A research topic is a subject that you are interested in when conducting a study. A well-defined research topic is an essential starting point for every project.

You can choose a topic based on various types of information, experiences or requirements. Such sources may include issues:

  • raised in the literature you have read or faced in your practice
  • of personal interest to you
  • that are important in the field of your work
  • presented by a funder who is looking to commission a project

The following steps can guide you to find a research topic (based on Harper & Thompson, 2011).

Step 1: Establish your overall area of interest. For example, let’s say your overall interest is exploring mental health among refugees. Write down the reasons for your interest.

Step 2: Explore the theme. Start by doing some introductory reading and exploration of the larger theme and find out what research has been done on this theme.

Step 3: Narrow your focus. You may start with two or three topics that interest you. For example, suicidal ideation among adolescents in refugee camps in Turkey, post-traumatic stress symptoms suffered by refugees living in transitional housing, or coping mechanisms among refugee mothers suffering from depression in Birmingham. Ask yourself:

  • Will the topic sustain my interest over the months to come?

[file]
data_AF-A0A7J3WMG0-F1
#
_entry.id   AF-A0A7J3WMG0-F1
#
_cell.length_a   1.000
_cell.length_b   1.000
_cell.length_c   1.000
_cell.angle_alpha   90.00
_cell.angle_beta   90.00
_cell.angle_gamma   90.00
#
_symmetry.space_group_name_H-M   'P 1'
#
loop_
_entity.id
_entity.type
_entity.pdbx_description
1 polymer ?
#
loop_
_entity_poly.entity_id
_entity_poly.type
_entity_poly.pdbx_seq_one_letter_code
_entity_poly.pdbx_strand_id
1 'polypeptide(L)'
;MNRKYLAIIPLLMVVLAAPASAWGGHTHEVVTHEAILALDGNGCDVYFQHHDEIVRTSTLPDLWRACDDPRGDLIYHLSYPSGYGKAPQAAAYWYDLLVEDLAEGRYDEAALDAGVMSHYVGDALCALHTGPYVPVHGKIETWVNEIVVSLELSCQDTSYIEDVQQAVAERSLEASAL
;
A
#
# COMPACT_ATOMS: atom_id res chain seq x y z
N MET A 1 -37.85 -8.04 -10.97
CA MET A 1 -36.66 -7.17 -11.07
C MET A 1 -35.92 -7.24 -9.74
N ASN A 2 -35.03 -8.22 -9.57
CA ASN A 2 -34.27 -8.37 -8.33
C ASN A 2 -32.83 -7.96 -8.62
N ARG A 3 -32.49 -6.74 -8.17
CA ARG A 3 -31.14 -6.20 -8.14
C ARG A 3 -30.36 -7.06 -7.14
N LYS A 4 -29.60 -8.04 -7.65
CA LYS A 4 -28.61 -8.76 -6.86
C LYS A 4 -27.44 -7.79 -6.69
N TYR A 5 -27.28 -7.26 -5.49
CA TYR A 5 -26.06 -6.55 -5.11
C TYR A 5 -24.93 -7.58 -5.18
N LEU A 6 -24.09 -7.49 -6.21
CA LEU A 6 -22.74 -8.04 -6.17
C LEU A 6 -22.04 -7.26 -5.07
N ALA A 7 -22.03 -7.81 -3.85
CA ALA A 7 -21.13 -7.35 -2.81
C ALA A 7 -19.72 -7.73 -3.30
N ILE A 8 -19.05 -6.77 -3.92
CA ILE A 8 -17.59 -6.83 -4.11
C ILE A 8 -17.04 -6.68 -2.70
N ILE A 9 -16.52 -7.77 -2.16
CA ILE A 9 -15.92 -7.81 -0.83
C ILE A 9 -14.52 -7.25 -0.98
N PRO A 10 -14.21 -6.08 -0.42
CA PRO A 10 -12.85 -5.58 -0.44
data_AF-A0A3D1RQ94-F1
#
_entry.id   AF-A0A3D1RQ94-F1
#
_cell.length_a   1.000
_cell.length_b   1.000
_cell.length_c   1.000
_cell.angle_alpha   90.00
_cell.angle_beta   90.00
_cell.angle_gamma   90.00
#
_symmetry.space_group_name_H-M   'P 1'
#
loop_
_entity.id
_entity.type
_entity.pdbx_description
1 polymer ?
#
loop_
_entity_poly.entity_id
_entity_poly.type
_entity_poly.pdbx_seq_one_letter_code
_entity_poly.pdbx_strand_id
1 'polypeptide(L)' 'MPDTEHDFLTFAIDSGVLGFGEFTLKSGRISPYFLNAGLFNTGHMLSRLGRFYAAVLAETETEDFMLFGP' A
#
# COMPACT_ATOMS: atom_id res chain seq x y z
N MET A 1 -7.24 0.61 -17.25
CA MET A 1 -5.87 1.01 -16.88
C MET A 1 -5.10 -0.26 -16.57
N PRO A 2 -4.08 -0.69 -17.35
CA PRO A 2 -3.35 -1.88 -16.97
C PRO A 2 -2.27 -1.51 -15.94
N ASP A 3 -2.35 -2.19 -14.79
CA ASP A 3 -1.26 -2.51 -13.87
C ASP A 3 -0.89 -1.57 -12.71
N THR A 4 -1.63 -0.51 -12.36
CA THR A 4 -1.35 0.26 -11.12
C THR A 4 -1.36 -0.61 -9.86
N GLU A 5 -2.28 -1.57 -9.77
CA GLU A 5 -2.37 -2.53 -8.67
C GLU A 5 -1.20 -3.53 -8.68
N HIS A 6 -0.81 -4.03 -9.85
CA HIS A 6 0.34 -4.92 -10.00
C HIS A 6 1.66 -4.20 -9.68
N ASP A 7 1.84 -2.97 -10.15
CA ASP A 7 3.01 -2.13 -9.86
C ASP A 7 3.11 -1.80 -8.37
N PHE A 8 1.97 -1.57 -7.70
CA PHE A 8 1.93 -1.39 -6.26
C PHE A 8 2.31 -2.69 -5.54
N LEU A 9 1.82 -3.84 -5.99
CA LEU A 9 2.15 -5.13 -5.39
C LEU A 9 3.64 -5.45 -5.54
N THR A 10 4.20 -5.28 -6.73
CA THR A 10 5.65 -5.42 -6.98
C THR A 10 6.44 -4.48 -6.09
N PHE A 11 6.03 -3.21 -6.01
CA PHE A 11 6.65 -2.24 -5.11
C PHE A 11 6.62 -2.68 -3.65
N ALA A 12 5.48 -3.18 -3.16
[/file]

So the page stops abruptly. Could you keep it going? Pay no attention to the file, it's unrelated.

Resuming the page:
• Is there any existing literature within which I can locate my work?
  • Is the topic one I can research within the time and resources available?

Step 4: You can further narrow the focus of your research interest by deciding on the research method you would like to use to collect your data. For example, if you have decided to investigate coping mechanisms among refugee mothers suffering from depression in Birmingham, you can choose a number of methods to collect relevant data:

  • interviews with refugee mothers suffering from depression in Birmingham to understand their experience and coping mechanisms
  • evaluation of the support provided across different services to these mothers suffering from depression in Birmingham to help them cope
  • a literature-based study to explore the data related to different coping mechanisms in other refugee settings, and their applicability within the context of Birmingham
  • interviews with families and community members to tease out the role of community in supporting refugee mothers suffering from depression in Birmingham

In sum: A well-defined topic is an essential starting point for every research project. Select a topic in which you are interested, one that is focused and can be addressed in an appropriate manner within the time and resource constraints of the project.

(Author: Nancy Tamimi)

What is it?

Videos:

How to choose a GOOD research topic: Research papers for beginners by SmartStudent (2022)

This video gives a step-by-step introduction to how to find a research topic. The different steps are illustrated with examples from business and management. While the examples don’t focus on mental health, they still allow you to understand how to generate a research topic.